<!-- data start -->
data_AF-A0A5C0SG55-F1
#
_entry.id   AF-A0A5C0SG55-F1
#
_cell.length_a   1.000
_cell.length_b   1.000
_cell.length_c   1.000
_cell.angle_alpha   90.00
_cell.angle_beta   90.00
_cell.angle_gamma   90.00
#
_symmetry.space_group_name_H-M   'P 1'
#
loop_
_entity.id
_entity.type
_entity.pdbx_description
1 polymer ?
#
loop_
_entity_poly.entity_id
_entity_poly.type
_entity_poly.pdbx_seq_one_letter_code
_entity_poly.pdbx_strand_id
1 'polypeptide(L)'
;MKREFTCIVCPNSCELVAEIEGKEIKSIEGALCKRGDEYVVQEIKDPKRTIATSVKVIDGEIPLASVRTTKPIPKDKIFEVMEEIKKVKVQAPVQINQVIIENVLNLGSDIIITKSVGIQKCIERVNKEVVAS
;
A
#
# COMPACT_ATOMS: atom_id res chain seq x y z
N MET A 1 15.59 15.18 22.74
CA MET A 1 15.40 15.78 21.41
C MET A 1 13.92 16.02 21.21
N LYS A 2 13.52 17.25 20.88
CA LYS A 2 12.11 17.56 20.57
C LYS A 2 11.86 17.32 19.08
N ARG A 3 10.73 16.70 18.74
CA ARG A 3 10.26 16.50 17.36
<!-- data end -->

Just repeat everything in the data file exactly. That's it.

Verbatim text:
data_AF-A0A5C0SG55-F1
#
_entry.id   AF-A0A5C0SG55-F1
#
_cell.length_a   1.000
_cell.length_b   1.000
_cell.length_c   1.000
_cell.angle_alpha   90.00
_cell.angle_beta   90.00
_cell.angle_gamma   90.00
#
_symmetry.space_group_name_H-M   'P 1'
#
loop_
_entity.id
_entity.type
_entity.pdbx_description
1 polymer ?
#
loop_
_entity_poly.entity_id
_entity_poly.type
_entity_poly.pdbx_seq_one_letter_code
_entity_poly.pdbx_strand_id
1 'polypeptide(L)'
;MKREFTCIVCPNSCELVAEIEGKEIKSIEGALCKRGDEYVVQEIKDPKRTIATSVKVIDGEIPLASVRTTKPIPKDKIFEVMEEIKKVKVQAPVQINQVIIENVLNLGSDIIITKSVGIQKCIERVNKEVVAS
;
A
#
# COMPACT_ATOMS: atom_id res chain seq x y z
N MET A 1 15.59 15.18 22.74
CA MET A 1 15.40 15.78 21.41
C MET A 1 13.92 16.02 21.21
N LYS A 2 13.52 17.25 20.88
CA LYS A 2 12.11 17.56 20.57
C LYS A 2 11.86 17.32 19.08
N ARG A 3 10.73 16.70 18.74
CA ARG A 3 10.26 16.50 17.36